How do probabilities balance the odds?

  • Thread starter DarkFalz
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Let's consider a simple roulette game, where one may either get red or black. Since the probabiblity P of an event A, P(A) is defined as the relative frequency at which the event occurs, if we get red , say 3 times in a row, it is very likely that the next random pick will be black.

My question is, does this mean that the probability of Black increases as more reds occur? consider a person that only joins the roulette game when several reds have occured before he joins and bets on black, will he never have a high probability of winning?
 

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  • #2
PeroK
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Let's consider a simple roulette game, where one may either get red or black. Since the probabiblity P of an event A, P(A) is defined as the relative frequency at which the event occurs, if we get red , say 3 times in a row, it is very likely that the next random pick will be black.

My question is, does this mean that the probability of Black increases as more reds occur? consider a person that only joins the roulette game when several reds have occured before he joins and bets on black, will he never have a high probability of winning?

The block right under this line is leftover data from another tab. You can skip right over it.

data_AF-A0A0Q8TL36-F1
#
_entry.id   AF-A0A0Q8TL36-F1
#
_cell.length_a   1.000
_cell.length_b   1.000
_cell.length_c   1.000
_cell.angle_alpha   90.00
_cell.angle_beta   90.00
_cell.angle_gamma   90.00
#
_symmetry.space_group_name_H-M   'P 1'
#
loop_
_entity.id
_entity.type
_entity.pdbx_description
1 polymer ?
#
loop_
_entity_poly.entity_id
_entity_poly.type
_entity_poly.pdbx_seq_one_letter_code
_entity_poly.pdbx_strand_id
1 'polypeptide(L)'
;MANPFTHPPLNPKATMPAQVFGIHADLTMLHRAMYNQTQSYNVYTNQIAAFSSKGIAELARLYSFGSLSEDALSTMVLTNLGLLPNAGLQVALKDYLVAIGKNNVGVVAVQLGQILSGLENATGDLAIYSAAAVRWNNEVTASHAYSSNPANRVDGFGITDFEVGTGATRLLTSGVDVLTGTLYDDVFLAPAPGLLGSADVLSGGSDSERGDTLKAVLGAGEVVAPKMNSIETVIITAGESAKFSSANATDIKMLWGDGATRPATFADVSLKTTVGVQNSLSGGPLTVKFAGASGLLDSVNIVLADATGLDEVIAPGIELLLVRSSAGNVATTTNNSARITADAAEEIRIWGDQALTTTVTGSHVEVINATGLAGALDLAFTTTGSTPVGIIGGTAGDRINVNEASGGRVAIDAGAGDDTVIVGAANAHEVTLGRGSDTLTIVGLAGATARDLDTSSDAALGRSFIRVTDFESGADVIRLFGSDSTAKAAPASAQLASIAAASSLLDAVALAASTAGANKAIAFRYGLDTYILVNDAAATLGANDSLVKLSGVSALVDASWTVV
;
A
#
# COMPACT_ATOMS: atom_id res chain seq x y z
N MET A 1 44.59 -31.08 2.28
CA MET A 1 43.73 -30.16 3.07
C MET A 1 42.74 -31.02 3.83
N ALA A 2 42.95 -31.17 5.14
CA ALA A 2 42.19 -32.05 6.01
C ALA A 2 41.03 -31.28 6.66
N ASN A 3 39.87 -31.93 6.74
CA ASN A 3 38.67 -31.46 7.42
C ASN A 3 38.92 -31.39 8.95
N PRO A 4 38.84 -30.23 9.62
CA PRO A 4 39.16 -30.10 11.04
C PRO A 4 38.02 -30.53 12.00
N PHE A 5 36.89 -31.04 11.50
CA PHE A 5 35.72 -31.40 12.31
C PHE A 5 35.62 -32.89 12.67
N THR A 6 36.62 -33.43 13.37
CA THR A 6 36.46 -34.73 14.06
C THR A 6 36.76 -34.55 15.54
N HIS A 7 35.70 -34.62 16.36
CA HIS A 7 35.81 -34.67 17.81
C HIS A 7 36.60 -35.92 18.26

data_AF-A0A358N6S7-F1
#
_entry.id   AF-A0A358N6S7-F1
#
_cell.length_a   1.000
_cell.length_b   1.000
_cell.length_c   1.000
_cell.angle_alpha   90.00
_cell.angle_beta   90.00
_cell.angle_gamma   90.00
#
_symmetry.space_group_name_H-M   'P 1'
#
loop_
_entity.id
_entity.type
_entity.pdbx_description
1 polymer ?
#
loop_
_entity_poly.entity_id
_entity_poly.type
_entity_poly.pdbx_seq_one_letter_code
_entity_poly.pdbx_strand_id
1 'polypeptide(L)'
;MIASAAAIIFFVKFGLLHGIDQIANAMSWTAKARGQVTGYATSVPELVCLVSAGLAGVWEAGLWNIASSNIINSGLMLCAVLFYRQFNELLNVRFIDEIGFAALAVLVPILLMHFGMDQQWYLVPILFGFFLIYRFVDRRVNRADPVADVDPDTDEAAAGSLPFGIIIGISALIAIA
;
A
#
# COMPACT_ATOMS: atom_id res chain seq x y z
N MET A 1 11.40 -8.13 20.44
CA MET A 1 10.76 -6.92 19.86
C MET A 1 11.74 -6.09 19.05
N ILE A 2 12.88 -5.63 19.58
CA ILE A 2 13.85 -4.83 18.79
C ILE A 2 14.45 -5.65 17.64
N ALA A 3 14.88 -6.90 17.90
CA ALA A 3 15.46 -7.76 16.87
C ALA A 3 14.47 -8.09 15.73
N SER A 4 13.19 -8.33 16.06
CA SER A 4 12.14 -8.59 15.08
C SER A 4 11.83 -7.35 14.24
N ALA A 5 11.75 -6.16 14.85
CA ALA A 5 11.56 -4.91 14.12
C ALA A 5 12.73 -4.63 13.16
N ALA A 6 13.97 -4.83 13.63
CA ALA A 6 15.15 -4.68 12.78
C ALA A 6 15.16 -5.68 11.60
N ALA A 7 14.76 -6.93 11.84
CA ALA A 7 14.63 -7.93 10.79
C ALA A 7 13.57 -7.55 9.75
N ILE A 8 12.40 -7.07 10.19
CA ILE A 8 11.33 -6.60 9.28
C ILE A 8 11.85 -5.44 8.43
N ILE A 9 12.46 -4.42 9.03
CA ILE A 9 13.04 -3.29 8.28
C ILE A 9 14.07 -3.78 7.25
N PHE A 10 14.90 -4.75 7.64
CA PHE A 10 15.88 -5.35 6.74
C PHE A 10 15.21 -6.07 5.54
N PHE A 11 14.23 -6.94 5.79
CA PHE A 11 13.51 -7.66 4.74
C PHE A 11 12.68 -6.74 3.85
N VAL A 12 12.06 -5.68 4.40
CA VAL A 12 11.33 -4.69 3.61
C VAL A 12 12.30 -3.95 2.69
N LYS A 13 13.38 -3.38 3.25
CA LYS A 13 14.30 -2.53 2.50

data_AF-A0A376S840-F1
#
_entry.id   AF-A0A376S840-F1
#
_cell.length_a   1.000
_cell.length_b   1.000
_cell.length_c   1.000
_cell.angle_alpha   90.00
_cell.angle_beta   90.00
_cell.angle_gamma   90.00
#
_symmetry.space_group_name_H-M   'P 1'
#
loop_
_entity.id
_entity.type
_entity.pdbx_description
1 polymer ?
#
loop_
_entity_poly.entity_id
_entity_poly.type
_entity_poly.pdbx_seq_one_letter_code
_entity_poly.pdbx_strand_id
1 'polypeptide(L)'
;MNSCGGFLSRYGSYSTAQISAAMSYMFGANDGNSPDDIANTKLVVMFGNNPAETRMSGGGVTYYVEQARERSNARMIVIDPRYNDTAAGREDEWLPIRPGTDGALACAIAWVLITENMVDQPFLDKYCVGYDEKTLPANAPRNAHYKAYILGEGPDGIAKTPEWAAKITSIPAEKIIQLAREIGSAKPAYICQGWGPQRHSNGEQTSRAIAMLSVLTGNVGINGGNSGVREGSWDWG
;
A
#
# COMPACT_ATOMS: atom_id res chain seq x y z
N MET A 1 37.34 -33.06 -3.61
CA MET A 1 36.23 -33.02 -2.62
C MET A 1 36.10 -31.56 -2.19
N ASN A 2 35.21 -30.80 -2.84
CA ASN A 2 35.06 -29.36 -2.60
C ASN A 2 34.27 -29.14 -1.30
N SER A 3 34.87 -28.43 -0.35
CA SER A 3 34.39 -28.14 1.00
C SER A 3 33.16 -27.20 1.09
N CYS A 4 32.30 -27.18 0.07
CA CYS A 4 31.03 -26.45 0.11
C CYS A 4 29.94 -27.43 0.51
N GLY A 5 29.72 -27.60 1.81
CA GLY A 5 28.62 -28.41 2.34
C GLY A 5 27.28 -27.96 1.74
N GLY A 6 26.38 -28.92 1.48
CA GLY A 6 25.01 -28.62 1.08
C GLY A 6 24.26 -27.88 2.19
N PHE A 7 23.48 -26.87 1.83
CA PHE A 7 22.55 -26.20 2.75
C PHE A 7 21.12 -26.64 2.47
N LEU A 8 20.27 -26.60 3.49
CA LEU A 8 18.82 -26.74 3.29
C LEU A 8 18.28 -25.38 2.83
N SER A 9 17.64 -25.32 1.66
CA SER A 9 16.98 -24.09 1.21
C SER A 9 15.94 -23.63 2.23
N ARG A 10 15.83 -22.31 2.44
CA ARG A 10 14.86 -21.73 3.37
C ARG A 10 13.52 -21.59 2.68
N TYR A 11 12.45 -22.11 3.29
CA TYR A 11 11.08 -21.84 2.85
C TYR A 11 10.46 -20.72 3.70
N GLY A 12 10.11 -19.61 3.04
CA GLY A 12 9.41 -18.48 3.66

If you get 3 reds in a row, it makes no difference to the probability that the next roll is red or black. It's the same roulette table with the same odds every time.

Yours is a common misconception about the "law of averages". Imagine tossing a coin until you get, say, 4 heads in a row and then taking that coin and making a bet based on the false assumption that the next throw is likely to be tails. What if you toss the coin straight away or leave it a day? - or put it in a drawer for a year? - how would that coin remember that it had 4 heads in a row and ought to come up tails next time?
 
  • #3
Stephen Tashi
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Since the probabiblity P of an event A, P(A) is defined as the relative frequency at which the event occurs
That is not the mathematical definition of probability. The probability of an event can't be directly related to actual frequency of the event except by statements that tell about the probability of an actual frequency.
 

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